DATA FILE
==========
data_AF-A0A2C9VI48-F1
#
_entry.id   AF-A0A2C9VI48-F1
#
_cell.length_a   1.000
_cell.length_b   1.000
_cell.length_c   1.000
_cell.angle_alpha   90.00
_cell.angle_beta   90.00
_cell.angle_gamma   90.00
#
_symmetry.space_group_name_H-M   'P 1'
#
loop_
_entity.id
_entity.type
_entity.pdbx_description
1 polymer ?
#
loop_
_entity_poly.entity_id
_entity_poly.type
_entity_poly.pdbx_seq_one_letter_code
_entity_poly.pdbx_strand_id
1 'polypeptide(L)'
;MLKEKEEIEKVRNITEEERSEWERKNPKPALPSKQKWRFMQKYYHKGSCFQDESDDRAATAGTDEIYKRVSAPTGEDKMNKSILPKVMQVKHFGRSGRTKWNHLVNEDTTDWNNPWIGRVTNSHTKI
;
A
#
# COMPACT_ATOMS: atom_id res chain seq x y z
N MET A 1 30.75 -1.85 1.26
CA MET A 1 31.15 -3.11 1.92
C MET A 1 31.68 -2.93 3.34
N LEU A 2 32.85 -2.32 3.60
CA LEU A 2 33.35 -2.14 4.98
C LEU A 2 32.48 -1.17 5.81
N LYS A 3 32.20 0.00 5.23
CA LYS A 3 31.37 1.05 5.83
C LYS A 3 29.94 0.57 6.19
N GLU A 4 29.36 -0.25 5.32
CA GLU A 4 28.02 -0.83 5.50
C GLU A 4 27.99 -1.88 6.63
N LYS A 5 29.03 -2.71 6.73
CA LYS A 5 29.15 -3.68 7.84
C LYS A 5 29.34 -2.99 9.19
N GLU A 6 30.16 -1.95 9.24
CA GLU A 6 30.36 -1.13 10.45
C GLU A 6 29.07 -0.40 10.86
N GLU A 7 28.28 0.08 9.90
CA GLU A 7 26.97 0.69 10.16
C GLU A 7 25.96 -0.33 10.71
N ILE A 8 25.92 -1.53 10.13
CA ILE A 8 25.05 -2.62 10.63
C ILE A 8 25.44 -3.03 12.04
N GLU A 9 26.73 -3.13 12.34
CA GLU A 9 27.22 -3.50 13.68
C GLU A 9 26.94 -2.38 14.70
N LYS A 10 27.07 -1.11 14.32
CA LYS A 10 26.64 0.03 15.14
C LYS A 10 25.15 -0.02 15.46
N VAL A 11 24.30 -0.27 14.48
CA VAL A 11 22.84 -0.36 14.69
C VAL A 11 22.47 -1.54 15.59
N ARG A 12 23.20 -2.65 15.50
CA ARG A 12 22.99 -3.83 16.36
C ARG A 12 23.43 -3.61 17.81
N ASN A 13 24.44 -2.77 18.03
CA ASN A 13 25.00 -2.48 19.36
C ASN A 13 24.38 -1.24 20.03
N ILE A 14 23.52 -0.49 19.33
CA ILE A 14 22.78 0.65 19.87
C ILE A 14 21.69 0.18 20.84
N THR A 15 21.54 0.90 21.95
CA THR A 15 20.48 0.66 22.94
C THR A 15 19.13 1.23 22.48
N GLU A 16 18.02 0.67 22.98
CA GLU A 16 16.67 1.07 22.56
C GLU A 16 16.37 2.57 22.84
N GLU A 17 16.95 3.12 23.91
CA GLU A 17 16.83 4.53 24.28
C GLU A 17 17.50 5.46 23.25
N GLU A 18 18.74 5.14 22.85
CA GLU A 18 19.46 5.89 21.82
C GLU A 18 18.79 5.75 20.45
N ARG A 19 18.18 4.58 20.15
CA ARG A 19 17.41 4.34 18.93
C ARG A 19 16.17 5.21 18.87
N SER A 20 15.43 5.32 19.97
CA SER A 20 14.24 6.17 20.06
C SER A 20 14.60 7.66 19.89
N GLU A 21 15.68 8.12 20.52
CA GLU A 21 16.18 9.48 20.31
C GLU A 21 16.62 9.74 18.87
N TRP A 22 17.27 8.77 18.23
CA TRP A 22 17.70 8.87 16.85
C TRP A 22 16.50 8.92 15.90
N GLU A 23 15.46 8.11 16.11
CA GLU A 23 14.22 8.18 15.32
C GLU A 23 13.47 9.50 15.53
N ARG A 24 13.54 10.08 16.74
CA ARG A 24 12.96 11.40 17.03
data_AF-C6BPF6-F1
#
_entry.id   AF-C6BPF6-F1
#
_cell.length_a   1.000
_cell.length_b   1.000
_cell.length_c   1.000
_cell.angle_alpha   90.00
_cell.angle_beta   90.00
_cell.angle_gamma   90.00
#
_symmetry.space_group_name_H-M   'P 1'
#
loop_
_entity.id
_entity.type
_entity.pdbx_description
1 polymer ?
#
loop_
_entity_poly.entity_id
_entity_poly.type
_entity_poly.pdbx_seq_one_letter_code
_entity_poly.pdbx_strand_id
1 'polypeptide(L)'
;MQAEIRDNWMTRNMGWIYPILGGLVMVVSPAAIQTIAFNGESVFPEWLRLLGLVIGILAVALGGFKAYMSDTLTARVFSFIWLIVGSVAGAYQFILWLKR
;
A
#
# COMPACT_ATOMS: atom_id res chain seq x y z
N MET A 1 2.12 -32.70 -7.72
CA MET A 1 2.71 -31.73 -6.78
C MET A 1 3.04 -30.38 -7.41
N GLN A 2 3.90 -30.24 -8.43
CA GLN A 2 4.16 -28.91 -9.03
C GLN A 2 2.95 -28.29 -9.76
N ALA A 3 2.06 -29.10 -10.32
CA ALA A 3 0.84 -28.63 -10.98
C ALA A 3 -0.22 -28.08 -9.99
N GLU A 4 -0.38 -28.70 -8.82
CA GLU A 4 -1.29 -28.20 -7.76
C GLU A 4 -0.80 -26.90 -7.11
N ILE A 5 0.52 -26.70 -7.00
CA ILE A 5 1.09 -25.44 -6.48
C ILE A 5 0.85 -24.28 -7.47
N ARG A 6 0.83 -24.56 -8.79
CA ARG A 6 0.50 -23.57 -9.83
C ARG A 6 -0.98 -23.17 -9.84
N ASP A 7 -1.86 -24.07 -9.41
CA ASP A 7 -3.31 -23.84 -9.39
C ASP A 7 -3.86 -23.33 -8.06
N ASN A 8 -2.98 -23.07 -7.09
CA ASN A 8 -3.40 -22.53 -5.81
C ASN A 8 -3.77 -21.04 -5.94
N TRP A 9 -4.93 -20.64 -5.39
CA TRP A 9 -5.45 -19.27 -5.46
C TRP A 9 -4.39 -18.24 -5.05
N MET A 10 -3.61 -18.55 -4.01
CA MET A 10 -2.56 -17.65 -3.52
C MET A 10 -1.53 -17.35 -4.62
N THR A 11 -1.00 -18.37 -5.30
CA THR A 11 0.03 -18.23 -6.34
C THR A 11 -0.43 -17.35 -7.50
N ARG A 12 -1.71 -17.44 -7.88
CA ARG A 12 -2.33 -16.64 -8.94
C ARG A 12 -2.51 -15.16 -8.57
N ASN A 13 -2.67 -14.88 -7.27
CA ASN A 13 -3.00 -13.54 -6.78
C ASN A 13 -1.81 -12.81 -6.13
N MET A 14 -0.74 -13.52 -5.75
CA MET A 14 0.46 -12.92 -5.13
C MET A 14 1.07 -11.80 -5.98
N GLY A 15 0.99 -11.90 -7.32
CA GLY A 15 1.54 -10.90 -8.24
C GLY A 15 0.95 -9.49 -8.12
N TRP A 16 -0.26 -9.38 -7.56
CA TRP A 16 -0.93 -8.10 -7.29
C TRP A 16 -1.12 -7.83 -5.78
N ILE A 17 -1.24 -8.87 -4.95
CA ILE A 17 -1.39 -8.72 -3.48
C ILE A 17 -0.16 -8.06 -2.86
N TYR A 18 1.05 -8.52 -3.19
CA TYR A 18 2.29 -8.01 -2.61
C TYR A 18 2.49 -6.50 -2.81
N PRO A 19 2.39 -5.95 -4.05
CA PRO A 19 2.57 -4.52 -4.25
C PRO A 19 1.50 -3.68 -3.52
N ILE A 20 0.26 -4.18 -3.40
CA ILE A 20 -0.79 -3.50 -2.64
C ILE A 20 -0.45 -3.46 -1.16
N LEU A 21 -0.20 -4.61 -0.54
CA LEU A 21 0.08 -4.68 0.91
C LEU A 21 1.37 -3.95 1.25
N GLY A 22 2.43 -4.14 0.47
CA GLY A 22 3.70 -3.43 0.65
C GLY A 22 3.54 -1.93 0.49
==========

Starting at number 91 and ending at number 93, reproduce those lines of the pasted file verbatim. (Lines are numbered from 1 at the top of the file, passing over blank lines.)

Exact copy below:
N GLU A 21 15.68 8.12 20.52
CA GLU A 21 16.18 9.48 20.31
C GLU A 21 16.62 9.74 18.87